Tag: wikipedia

by Fannie Cohen

We’re back! After our summer hiatus, the Mediatwits podcast is back in action, this week discussing how far plagiarism charges can go. Does it constitute stealing when someone rewrites a line from Wikipedia? In the case of Benny Johnson at BuzzFeed, an online outcry led to his firing when 41 instances of plagiarism were revealed. [...] more »

by Julie Keck

1. Google and Barnes & Noble unite to take on Amazon (Alexandra Alter / The New York Times) 2. Netflix now has more subscription revenue than HBO (Zachary M. Seward / Quartz) 3. Dish’s Charlie Ergen: In the future, most TV viewing won’t happen on TV (Janko Roettgers / GigaOm) 4. Crowdfunding bid to acquire [...] more »

by Julie Keck

1. Bloomberg hires a founder of The Verge to lead online initiatives (Ravi Somaiya / New York Times) 2. Wikipedia blocks anonymous edits (and trolling) from a congressional IP address (Abby Phillip / Washington Post) 3. Major League Baseball cries foul on net neutrality proposal (Amy Schatz / Re/code) 4. Google’s $1B purchase of Twitch [...] more »

by Julie Keck

1. Should journalism schools require reporters to learn code? (Olga Khazan / The Atlantic) 2. The digital divide that will determine the future of edtech (Jimmy Leach / Huffington Post) 3. Journalism in the classroom (Naomi Sharp / Columbia Journalism Review) 4. Wikipedia: When college students have an audience, does their writing improve? (Jimmy Daly [...] more »

by Julie Keck

1. Former NSA spy chief gets a tastes of his own medicine thanks to a random act of journalism (Matthew Ingram / GigaOm) 2. The role of news on Facebook (Amy Mitchell, Jocelyn Kiley, Jeffrey Godfried & Emily Guskin / Pew Research Journalism Project) 3. The decline of Wikipedia (Tom Simonite / MIT Tech Review) [...] more »

by Julie Keck

1. Netflix now has more paying customers than HBO in the U.S. (Zachary Seward / Quartz) 2. BuzzFeed hires Pulitzer winner to head investigative unit (Leslie Kaufman / New York Times) 3. Google unveils tools to access web from repressive countries (Sam Gustin / TIME) 4. Wikipedia editors, locked in battle with PR firm, delete [...] more »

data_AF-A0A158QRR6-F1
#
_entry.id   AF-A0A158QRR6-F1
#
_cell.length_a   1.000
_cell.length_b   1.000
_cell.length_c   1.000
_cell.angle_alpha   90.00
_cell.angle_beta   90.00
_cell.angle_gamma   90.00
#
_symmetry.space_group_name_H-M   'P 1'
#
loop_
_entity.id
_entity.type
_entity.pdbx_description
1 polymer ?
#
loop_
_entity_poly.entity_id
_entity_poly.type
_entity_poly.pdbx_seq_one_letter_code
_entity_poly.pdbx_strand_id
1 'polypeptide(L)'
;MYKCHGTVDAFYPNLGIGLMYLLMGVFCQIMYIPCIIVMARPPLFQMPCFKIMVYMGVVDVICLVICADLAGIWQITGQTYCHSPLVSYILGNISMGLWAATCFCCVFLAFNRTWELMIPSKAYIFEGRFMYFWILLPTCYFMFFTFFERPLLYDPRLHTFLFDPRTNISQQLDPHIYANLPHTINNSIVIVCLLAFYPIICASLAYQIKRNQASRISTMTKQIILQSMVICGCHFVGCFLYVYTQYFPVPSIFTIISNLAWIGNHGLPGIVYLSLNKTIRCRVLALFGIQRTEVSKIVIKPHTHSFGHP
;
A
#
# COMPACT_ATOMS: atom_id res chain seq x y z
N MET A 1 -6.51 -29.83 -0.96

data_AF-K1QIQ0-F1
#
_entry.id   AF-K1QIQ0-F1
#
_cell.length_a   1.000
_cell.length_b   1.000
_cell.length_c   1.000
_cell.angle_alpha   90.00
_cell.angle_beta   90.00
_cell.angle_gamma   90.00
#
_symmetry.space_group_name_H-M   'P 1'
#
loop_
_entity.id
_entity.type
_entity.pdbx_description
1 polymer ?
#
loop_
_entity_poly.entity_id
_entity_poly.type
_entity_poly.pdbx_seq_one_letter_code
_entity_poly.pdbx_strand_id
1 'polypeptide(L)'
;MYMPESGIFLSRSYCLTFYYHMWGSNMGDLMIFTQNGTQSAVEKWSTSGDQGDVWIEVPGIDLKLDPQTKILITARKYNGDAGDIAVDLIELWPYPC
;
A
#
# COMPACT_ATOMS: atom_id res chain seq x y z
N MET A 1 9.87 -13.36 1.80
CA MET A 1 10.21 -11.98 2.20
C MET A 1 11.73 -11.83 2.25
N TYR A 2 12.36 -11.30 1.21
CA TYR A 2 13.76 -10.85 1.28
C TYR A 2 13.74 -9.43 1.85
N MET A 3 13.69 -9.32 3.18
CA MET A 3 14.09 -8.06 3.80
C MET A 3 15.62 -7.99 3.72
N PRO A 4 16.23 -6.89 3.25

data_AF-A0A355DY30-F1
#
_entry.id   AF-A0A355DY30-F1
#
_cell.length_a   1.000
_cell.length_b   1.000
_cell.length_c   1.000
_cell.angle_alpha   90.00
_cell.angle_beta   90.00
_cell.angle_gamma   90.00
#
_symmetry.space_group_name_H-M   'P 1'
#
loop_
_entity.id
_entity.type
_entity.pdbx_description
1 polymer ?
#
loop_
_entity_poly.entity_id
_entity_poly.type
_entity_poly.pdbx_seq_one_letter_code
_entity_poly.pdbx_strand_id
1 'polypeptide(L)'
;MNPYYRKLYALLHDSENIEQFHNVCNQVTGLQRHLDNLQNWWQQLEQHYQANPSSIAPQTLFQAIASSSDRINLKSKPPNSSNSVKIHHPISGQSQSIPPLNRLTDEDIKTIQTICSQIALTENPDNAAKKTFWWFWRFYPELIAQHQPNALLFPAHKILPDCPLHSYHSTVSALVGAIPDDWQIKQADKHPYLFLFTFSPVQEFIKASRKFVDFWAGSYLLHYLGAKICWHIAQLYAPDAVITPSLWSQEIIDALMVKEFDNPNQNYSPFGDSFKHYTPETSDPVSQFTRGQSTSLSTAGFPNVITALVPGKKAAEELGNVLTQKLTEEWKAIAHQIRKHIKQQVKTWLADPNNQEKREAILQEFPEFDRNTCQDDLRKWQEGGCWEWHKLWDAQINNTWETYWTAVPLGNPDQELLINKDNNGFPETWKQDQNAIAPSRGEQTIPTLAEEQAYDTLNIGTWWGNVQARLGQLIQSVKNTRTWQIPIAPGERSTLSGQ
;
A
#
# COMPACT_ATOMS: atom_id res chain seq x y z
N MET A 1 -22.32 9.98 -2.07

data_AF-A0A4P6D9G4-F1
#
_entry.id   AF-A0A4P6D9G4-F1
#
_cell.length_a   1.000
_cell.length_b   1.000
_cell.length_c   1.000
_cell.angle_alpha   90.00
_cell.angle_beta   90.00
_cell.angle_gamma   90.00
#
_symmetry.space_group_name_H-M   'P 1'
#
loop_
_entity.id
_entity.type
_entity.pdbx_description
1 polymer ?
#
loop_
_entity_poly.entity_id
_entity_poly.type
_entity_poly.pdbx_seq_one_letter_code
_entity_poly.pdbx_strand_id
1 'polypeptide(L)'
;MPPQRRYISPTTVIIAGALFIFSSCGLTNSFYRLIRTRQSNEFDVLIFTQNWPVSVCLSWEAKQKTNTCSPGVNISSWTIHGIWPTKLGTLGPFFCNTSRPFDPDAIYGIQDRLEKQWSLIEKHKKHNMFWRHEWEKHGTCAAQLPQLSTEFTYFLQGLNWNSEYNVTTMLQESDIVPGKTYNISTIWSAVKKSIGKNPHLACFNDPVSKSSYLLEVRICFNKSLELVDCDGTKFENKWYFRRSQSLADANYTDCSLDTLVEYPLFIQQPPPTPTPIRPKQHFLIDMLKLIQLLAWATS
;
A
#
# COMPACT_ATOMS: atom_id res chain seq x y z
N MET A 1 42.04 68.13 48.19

by Julie Keck

1. Chicago Sun-Times lays off its photo staff (Chicago Tribune) 2. Attorney general to media re: AP phone snooping: I get it (Politico) 3. Netflix wants to spend up to 15 percent of its content cash on originals (paidContent) 4. How news companies can compete with companies like Google and Facebook for advertiser dollars (Nieman Lab) 5. Social media editor role is ‘more about [...] more »

by Julie Keck

1. Garfield: There is no ‘golden age’ of journalism: Free does not mean better (Guardian) 2. A driving force behind Wikipedia will be stepping down (NYT) 3. Social media unites supporters of same-sex marriage, but is that enough? (PBS) 4. Windows phone is outselling iPhone…in a few places (memeburn) 5. Report: Twitter ad revenues higher [...] more »

by Lawrence Lessig

The following is the opinion of Lawrence Lessig and is a post that first appeared on his personal blog shortly after news broke that Aaron Swartz — activist, writer and Reddit co-founder — had committed suicide. (Some will say this is not the time. I disagree. This is the time when every mixed emotion needs [...] more »

by Leandro Oliva

The best stories across the web on media and technology, curated by Leandro Oliva. 1. How does Wikipedia deal with a mass shooting? (Nieman Lab) 2. Fox’s bloody t-shirt: Newtown images show risks of automated ads (paidContent) 3. Facebook prepares to bring video ads to news feed, aims for TV dollars (Ad Age) 4. Am I the product? users react [...] more »